Twelve local high school teachers are ready to inspire the next generation of students after completing an extensive six-week Research Experience for Teachers (RET) site program with the College of Technology at the University of Houston. The RET project is designed for Science Technology Engineering and Mathematics (STEM) teachers and facilitates professional development and enhances knowledge about the cutting edge research in engineering design and manufacturing.
The RET site is a grant funded program from the National Science Foundation (NSF) spearheaded by Weihang Zhu, Ph.D., Associate Professor and the Graduate Program Coordinator of Mechanical Engineering Technology (MET), in collaboration with other MET faculty. Throughout the summer program, high school teachers worked with MET professors Kamran Alba, Zheng Fan, and Francisco Robles to conduct research trainings in thermal and fluid engineering, robotics and automation, 3-D printing and virtual reality. Participants engaged in curriculum counseling with professors Augustina Reyes, Burak Basaran, and Medhat El Nahas. Teachers also got the opportunity to experience hands-on training from field trips to local manufacturing companies with the purpose of bringing this knowledge back to their classrooms to spark an interest in STEM fields.
According to the NSF, there is shortage of high school teachers with sufficient knowledge in STEM content needed to develop advanced high school curriculum modules. The RET site program is working to bridge the gap between grade school and university engineering education. “We all know manufacturing is important and we are all talking about bringing manufacturing back to the U.S.,” said Zhu. “But how can we make this happen? We need to make changes through a change in fundamental engineering education.” Zhu mentioned that a considerable amount of education and training is required for advanced manufacturing jobs and that currently there is a demand of Americans with STEM knowledge and technical skills. He added that education in STEM disciplines should start at the grade-school level, through post-secondary education, and further if certain industry-recognized and competency-based credentials are necessary. Students who decide to follow this educational path could find themselves working in the oil and gas industry, material manufacturing, or automation as a Design, Product or Plant Engineer.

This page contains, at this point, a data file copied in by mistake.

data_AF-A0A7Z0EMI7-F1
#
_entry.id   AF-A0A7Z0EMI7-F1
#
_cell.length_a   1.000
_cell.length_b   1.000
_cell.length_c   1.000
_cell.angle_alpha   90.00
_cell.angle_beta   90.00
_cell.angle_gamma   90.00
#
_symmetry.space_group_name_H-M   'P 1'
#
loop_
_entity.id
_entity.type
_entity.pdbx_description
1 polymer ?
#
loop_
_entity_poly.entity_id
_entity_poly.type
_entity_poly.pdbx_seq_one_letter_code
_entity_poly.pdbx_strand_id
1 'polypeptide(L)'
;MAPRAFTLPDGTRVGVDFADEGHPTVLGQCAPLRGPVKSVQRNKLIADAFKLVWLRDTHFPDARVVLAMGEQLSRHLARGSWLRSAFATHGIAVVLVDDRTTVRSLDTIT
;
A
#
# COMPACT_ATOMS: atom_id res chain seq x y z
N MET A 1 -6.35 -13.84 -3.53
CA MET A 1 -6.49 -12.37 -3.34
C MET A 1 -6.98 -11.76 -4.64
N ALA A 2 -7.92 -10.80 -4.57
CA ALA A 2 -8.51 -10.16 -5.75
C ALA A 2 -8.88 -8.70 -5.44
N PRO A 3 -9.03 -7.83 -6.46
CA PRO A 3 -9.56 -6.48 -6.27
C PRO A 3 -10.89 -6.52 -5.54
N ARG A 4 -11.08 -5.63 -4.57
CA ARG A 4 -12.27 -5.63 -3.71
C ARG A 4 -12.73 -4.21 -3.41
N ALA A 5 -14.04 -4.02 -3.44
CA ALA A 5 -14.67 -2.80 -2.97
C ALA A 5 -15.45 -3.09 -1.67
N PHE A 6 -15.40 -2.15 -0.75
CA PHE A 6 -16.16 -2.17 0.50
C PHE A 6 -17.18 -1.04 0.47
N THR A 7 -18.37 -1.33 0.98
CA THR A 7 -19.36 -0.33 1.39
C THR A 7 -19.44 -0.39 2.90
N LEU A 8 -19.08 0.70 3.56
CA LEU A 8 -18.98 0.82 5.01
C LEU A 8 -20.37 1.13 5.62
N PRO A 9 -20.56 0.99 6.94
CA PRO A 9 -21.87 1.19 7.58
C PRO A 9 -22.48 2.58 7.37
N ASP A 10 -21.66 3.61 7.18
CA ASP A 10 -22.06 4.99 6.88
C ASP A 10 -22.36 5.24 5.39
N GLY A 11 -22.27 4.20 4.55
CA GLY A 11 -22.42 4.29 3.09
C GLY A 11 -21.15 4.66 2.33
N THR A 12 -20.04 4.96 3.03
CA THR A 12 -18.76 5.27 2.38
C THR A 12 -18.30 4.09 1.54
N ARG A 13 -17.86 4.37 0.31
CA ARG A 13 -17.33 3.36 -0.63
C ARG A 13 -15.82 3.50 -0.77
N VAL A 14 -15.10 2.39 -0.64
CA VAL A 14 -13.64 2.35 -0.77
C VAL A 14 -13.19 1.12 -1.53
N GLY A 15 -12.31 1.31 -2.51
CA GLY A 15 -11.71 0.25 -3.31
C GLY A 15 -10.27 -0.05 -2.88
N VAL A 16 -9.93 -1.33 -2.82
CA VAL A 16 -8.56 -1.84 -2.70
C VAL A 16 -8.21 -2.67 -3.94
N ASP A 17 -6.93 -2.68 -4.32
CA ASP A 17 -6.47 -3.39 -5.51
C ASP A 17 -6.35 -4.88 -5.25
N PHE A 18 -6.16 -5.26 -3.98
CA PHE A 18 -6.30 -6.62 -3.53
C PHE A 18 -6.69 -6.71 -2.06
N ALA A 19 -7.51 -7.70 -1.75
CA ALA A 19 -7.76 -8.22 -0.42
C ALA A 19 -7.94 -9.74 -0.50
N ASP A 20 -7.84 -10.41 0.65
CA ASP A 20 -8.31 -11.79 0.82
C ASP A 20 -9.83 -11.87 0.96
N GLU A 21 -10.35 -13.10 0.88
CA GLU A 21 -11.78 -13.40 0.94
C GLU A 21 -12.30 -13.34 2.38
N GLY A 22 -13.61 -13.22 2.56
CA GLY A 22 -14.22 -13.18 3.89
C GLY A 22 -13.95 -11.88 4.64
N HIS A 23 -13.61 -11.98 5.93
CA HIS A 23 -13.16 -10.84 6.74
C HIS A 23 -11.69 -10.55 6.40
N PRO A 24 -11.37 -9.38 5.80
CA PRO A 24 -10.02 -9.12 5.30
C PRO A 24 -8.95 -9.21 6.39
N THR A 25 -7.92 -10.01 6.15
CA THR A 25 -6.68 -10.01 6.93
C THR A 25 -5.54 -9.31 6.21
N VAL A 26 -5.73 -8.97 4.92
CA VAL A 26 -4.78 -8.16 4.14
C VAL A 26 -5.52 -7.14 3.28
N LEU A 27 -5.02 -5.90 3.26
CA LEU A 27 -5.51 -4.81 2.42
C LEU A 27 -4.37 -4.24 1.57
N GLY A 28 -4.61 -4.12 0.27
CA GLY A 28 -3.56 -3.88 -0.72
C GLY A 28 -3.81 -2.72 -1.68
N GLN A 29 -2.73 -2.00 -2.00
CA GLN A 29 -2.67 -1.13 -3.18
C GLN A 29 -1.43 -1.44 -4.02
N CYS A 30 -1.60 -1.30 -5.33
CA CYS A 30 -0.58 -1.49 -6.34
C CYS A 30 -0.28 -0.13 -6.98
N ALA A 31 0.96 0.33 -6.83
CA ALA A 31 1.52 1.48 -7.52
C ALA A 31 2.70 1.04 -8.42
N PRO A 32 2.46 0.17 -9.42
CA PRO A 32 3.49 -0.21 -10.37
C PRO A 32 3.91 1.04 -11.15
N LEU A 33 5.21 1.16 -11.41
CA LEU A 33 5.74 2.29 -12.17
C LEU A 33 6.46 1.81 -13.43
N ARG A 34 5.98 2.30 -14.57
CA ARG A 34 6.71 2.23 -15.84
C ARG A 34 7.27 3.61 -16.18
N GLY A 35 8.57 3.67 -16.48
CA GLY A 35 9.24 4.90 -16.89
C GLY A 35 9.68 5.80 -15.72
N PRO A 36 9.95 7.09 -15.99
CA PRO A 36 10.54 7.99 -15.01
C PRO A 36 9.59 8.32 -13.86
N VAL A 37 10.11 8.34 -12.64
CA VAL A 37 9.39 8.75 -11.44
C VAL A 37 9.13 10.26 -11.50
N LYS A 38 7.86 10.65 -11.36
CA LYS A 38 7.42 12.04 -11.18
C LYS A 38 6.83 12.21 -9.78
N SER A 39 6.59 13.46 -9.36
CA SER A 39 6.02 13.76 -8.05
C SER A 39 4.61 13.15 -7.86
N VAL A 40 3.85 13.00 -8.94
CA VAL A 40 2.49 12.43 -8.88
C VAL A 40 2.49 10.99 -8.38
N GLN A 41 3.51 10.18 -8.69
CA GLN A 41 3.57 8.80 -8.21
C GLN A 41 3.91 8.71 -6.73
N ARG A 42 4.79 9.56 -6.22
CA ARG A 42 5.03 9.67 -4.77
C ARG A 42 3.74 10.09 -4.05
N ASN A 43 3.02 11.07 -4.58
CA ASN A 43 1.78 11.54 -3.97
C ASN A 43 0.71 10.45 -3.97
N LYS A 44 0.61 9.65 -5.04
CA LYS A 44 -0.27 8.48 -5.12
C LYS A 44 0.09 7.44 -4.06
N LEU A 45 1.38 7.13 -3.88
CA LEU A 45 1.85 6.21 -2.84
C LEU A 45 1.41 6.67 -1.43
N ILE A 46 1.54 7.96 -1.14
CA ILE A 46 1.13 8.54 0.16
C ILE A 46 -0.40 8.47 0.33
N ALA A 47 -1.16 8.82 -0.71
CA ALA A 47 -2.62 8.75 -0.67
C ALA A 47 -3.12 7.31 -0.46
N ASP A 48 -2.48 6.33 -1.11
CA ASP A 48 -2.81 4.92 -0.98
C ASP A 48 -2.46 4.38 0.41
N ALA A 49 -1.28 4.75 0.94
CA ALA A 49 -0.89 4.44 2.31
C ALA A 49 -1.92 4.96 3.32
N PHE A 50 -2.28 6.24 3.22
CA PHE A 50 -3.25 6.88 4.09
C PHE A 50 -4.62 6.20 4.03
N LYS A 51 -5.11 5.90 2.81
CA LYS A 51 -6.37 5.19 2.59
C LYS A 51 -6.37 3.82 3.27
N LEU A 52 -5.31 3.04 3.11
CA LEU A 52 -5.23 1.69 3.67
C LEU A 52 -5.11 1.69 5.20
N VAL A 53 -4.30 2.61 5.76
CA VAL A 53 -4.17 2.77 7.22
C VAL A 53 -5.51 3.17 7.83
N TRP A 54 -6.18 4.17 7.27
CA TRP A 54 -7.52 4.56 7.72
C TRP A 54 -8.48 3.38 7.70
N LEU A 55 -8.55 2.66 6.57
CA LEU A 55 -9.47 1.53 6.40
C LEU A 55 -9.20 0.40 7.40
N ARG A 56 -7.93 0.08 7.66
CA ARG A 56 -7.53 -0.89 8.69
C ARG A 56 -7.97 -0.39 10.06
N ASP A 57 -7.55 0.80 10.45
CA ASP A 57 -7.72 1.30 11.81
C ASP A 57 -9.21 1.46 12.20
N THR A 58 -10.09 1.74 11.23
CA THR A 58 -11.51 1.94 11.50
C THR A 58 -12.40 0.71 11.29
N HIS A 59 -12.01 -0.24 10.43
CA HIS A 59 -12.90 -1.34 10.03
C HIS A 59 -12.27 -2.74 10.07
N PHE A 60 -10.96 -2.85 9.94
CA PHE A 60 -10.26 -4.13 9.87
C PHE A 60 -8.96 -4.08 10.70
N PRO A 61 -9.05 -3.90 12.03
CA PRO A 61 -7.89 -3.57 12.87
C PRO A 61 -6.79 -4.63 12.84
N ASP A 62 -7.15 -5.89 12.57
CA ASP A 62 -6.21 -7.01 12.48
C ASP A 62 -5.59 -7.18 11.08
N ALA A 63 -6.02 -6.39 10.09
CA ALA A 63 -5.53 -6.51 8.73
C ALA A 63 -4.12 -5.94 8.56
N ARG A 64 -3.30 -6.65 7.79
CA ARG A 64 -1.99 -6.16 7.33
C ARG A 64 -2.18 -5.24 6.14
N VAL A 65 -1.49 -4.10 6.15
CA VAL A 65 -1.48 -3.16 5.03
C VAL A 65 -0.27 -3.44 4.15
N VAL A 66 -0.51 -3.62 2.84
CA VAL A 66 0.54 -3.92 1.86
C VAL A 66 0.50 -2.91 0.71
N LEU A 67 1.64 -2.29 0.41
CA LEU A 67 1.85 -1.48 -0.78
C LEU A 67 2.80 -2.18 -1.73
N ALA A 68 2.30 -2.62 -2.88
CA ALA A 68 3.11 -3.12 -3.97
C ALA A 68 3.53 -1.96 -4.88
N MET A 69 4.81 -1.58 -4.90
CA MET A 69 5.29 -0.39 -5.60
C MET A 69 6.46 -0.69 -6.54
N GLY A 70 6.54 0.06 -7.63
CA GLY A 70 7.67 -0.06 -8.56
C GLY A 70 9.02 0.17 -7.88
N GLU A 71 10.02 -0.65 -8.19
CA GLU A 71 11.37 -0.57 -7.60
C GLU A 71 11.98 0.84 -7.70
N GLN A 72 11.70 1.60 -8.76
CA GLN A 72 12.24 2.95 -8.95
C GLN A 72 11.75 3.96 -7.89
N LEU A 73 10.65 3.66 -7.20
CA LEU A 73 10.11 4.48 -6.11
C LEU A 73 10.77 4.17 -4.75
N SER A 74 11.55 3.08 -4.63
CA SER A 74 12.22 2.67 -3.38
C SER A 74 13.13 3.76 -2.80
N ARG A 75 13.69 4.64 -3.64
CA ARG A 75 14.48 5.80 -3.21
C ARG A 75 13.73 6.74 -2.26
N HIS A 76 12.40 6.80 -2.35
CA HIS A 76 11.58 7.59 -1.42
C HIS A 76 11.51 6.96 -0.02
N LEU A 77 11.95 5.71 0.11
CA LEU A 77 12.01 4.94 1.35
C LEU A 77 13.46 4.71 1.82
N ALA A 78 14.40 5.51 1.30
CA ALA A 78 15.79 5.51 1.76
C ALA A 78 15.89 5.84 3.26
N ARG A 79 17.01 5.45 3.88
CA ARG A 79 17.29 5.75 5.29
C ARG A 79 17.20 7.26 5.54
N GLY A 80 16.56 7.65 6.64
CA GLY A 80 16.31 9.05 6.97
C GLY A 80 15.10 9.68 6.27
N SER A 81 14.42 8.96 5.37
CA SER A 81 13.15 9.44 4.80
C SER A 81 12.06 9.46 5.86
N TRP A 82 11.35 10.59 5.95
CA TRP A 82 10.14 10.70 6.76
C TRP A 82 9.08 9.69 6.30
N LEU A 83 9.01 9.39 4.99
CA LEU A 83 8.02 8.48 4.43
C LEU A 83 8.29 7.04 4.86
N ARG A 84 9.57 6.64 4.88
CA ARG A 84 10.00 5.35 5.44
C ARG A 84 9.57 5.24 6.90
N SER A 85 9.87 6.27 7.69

The RET site grant program will be making its return in summer 2022 and 2023 with 12 new high school STEM teachers ready to explore advanced design and manufacturing research topics. Zhu plans to re-apply for another RET site grant so that the College of Technology can continue to transform design and manufacture knowledge for many more years to come.